Lower levels of 02 saturation
As the human body increases in altitude it can experience altitude related sickness due the lack of air pressure on the atmosphere. The pressure on our bodies is about the same as ten meters of seawater pressing down on us all the time. At sea level, because air is compressible, the weight of all that air above us compresses the air around us, making it denser. As you go up a mountain, the air becomes less compressed and is therefore thinner. So although the percentage of oxygen in the atmosphere is the same (20.9%), the thinner air means there is less oxygen to breathe. This is the same on the summit of MT Everest with the % of O2 still at 20.9% although at 8848m, the standard barometric pressure is 34 kPa (253 mmHg). This means that there is 33% of the oxygen available at sea level.
The human body is able to adapt and acclimatize up to an altitude (this is of course variable from person to person) approximately 7600m from here you enter what is phrased the death zone where the human body no longer acclimatizes but begins to slowly break down and die eliminating brain cells and muscle fibers every minute spent at this altitude with out supplemental oxygen.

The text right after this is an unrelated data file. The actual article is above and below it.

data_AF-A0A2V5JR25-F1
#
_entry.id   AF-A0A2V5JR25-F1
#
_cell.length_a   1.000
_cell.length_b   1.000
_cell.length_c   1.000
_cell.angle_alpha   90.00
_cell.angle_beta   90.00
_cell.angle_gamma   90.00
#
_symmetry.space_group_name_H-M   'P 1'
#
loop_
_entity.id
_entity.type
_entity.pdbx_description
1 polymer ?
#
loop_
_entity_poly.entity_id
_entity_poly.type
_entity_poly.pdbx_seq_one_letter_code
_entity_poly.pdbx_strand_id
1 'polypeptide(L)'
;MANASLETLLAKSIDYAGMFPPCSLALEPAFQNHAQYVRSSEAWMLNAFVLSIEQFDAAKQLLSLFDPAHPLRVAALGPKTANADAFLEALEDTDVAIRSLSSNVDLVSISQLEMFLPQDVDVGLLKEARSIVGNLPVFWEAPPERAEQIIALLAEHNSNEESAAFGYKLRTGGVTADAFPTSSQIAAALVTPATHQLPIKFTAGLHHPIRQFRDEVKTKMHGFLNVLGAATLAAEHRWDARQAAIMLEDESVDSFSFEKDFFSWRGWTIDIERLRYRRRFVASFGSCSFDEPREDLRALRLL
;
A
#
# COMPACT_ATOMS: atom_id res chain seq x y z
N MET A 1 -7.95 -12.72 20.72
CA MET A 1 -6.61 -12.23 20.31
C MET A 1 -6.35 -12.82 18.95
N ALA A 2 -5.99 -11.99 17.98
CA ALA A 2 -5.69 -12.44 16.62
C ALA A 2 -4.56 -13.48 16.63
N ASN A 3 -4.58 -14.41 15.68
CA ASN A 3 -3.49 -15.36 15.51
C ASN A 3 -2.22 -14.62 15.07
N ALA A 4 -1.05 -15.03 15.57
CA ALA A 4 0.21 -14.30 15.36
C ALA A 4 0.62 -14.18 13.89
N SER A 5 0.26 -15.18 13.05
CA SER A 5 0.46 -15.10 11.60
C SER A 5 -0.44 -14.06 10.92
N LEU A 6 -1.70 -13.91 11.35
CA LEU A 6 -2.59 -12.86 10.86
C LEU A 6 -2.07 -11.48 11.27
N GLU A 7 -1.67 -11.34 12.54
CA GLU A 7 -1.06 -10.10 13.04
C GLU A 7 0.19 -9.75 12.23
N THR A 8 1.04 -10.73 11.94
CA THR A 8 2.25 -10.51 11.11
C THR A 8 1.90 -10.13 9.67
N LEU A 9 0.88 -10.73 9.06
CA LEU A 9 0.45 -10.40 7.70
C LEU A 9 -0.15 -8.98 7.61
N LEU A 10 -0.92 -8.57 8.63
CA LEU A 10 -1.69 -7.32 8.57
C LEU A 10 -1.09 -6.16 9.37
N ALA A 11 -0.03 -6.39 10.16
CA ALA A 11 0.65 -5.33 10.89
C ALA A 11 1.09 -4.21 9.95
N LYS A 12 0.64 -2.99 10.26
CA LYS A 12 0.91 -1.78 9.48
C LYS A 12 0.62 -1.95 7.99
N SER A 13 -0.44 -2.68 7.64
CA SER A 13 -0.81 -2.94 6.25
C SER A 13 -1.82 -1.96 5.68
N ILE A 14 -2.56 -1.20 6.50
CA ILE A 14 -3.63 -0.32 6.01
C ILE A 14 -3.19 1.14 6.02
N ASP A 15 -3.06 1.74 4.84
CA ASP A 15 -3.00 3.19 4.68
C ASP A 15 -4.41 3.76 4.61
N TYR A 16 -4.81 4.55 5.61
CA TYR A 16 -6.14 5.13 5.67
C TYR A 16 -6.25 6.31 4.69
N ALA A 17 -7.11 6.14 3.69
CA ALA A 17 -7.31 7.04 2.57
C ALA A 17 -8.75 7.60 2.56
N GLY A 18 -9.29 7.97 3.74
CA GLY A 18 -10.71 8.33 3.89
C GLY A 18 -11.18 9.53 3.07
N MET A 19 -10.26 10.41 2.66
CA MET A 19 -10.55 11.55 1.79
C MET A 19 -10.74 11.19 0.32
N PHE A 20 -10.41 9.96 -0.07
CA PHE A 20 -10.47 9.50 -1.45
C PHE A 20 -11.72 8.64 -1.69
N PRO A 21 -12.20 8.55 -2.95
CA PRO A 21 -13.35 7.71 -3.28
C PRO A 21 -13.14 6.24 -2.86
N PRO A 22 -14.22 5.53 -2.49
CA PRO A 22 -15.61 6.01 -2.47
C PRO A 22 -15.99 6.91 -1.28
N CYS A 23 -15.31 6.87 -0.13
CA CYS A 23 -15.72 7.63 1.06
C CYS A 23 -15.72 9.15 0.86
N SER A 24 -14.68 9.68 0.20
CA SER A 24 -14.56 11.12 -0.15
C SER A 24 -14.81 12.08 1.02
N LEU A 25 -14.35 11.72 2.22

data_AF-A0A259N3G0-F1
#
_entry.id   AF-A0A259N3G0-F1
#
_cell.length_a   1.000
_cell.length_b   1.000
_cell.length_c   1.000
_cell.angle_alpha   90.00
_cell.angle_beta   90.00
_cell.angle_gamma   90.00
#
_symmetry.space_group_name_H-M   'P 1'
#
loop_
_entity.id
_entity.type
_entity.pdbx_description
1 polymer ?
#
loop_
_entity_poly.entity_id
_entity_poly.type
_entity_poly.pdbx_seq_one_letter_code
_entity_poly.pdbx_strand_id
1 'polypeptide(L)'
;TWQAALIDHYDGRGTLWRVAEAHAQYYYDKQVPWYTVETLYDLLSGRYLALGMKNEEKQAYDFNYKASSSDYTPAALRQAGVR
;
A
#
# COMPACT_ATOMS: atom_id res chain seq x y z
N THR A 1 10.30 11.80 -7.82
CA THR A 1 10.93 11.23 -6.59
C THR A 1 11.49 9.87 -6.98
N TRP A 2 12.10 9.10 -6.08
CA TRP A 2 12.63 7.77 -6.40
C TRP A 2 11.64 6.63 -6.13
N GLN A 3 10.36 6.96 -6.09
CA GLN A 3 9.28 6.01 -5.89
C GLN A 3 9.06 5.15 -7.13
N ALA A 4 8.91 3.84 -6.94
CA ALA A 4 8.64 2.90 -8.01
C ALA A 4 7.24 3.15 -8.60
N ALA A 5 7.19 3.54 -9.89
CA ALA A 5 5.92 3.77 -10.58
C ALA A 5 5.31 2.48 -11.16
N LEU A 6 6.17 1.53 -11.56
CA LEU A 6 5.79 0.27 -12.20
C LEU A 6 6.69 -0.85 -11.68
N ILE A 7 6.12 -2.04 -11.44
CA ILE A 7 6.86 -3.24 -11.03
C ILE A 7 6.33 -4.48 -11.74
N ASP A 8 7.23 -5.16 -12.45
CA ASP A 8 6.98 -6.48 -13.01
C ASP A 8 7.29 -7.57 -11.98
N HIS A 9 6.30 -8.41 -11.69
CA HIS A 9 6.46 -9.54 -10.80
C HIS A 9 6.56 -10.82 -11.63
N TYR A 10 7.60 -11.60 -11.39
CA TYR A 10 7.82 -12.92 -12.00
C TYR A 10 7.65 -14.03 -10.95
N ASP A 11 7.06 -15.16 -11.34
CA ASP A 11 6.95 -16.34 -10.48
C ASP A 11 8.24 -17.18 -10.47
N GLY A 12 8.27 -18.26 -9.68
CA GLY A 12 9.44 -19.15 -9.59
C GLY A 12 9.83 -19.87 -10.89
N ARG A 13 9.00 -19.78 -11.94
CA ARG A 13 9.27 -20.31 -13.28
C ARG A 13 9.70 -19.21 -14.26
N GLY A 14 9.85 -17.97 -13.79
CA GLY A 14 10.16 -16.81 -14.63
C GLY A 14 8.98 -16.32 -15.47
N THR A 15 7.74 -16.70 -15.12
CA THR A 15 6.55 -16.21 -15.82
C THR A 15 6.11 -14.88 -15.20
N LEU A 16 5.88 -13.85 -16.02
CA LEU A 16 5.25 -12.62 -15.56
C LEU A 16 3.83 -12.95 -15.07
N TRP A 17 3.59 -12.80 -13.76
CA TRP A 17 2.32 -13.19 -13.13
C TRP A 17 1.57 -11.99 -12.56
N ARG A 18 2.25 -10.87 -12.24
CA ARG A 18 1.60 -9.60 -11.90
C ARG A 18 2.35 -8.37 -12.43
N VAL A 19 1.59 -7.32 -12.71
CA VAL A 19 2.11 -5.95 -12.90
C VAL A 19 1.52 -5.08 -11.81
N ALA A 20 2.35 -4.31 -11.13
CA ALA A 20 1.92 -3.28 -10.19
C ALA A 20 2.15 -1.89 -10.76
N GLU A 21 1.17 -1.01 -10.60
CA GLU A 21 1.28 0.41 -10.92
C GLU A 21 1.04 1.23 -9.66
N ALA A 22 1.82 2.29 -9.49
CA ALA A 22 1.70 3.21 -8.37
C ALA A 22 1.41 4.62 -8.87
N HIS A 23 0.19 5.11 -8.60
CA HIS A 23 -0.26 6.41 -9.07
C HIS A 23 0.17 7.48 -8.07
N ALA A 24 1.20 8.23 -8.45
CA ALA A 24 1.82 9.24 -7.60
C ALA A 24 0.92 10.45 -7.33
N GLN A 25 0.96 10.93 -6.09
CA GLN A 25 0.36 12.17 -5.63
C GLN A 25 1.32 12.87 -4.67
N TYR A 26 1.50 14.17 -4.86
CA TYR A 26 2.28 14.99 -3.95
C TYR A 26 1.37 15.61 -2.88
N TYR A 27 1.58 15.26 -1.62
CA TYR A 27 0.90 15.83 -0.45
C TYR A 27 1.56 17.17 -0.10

There are 14 8000m peaks that require mountaineers to enter the death zone in order to summit, most high altitude mountaineers mange to enter the death zone although the compulsory return back to the land of oxygen saturation does not always occur with many climbers succumbing to HACE and HAPE – High Altitude Cerebral Edema or Pulmonary Edema. Other causes for their deaths are due to their ability to function or think at a normal level of orientation resulting in falling to their death from not clipping properly into a fixed safety line, slips or falls while ascending/descending precipitous ridges or ice walls. Large crevasses in moving glacier icefalls (flowing/melting ice from a mountain) also claim many mountaineers although these tend to be at levels outside of the death zone.
One last interesting fact that’s not all doom and gloom is the time it takes to soft boil an egg at sea level as opposed to 5140m (the height of our highest night on our Everest Base Camp trek). @0m with the egg temperature @ 0 degrees centigrade = 4 minutes and 49 seconds. @5140m with the egg temperature @ 0 degrees centigrade = 8 minutes and 47 seconds, nearly double due the decrease pressure which forces water’s boiling point to be at a much lower temperature requiring an increase in cooking times.
The Trek begins